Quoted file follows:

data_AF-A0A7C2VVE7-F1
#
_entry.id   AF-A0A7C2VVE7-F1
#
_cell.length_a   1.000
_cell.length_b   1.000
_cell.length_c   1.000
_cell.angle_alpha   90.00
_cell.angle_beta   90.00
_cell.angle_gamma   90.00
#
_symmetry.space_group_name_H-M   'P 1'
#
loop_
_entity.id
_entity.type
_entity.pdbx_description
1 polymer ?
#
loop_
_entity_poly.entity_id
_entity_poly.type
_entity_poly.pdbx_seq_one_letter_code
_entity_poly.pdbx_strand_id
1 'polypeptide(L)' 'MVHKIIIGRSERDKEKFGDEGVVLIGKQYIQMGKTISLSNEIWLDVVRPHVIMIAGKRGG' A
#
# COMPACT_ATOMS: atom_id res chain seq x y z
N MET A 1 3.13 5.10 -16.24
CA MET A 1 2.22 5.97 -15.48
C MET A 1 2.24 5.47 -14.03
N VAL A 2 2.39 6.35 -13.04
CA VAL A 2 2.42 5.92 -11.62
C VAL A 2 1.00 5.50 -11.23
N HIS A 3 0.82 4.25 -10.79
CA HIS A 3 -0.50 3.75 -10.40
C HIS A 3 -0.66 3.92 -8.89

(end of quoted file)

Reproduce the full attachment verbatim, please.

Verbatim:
data_AF-A0A7C2VVE7-F1
#
_entry.id   AF-A0A7C2VVE7-F1
#
_cell.length_a   1.000
_cell.length_b   1.000
_cell.length_c   1.000
_cell.angle_alpha   90.00
_cell.angle_beta   90.00
_cell.angle_gamma   90.00
#
_symmetry.space_group_name_H-M   'P 1'
#
loop_
_entity.id
_entity.type
_entity.pdbx_description
1 polymer ?
#
loop_
_entity_poly.entity_id
_entity_poly.type
_entity_poly.pdbx_seq_one_letter_code
_entity_poly.pdbx_strand_id
1 'polypeptide(L)' 'MVHKIIIGRSERDKEKFGDEGVVLIGKQYIQMGKTISLSNEIWLDVVRPHVIMIAGKRGG' A
#
# COMPACT_ATOMS: atom_id res chain seq x y z
N MET A 1 3.13 5.10 -16.24
CA MET A 1 2.22 5.97 -15.48
C MET A 1 2.24 5.47 -14.03
N VAL A 2 2.39 6.35 -13.04
CA VAL A 2 2.42 5.92 -11.62
C VAL A 2 1.00 5.50 -11.23
N HIS A 3 0.82 4.25 -10.79
CA HIS A 3 -0.50 3.75 -10.40
C HIS A 3 -0.66 3.92 -8.89